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Fascinating Silicone™ Chemistry Corner – One-Part vs. Two-Part Cure

One-part vs. two-part silicone cure systems
 

One-part silicone cure

Typical RTV moisture cure sealant

One-part materials contain all the ingredients needed to produce a cured material. They use external factors – such as moisture in the air, heat, or the presence of ultraviolet light – to initiate, speed, or complete the curing process.

  • Typical uses – building sealants, high-consistency rubber (HCR) compounds, coatings for electronics, medical bonding adhesives
  • Advantages – easy to use; low- or room-temperature cure (although, in some cases, cure can be accelerated by heat)
  • Disadvantages – moisture-curing materials may take 24 hours or more to fully cure; precautions must be taken to protect the material from the cure initiator prior to application

Two-part silicone cure

Two-part systems segregate the reactive ingredients to prevent premature initiation of the cure process. They often use the addition of heat to facilitate or speed cure.

Two-part products segregate the reactive ingredients until time of use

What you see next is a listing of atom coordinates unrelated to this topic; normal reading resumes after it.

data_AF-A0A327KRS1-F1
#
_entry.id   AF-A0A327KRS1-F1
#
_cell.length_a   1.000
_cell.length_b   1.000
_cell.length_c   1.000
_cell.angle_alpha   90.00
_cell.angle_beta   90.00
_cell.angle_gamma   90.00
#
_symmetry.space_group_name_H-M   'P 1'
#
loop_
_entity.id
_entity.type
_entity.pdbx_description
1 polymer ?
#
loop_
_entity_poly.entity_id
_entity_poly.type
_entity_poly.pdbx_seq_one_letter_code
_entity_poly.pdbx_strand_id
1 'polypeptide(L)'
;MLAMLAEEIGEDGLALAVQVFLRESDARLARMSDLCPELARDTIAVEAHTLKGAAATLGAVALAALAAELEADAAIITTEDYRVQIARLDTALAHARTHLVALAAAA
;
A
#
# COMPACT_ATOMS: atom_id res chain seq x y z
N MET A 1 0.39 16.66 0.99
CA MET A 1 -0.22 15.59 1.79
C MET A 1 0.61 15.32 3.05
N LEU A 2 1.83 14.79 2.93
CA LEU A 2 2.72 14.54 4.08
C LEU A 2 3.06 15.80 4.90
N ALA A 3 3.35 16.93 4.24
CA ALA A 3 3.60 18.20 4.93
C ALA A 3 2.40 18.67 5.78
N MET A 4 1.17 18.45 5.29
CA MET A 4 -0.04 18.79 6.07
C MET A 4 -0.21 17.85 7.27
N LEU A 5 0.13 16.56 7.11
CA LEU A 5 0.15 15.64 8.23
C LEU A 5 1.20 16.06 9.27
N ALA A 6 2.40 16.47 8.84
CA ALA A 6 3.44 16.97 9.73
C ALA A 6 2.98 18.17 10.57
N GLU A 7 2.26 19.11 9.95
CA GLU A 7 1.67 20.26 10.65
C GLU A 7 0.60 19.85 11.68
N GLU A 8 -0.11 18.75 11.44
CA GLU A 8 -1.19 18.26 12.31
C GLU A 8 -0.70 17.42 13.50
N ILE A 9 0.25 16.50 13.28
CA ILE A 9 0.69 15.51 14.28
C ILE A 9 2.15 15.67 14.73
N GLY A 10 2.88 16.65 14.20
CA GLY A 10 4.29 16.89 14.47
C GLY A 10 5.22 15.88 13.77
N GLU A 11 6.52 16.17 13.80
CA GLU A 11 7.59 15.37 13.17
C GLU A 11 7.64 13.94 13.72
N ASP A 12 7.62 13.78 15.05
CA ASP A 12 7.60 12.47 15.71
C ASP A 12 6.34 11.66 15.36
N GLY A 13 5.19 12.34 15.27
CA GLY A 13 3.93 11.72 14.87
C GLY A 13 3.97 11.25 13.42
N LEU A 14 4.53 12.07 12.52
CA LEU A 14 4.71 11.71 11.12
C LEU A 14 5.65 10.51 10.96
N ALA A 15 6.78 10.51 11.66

• Typical uses – high-speed, high-volume operations, such as the application of silicone release coatings or pressure sensitive adhesives, injection molding of liquid silicone rubber (LSR), soft skin adhesives (SSAs) for healthcare applications
  • Advantages – longer shelf life, high-speed cure (some materials cure within seconds), and the ability to carefully control bath life and cure time by manipulating the formulation
  • Disadvantages – mixing required; often requires more sophisticated processes and formulating/application expertise
Did you know ... many silicone cure chemistries can be engineered as either one-part or two-part systems!

Expand your understanding

Learn about:
Peroxide cure
Condensation heat cure
RTV moisture cure
Temperature-activated addition cure
Photo-initiated addition cure

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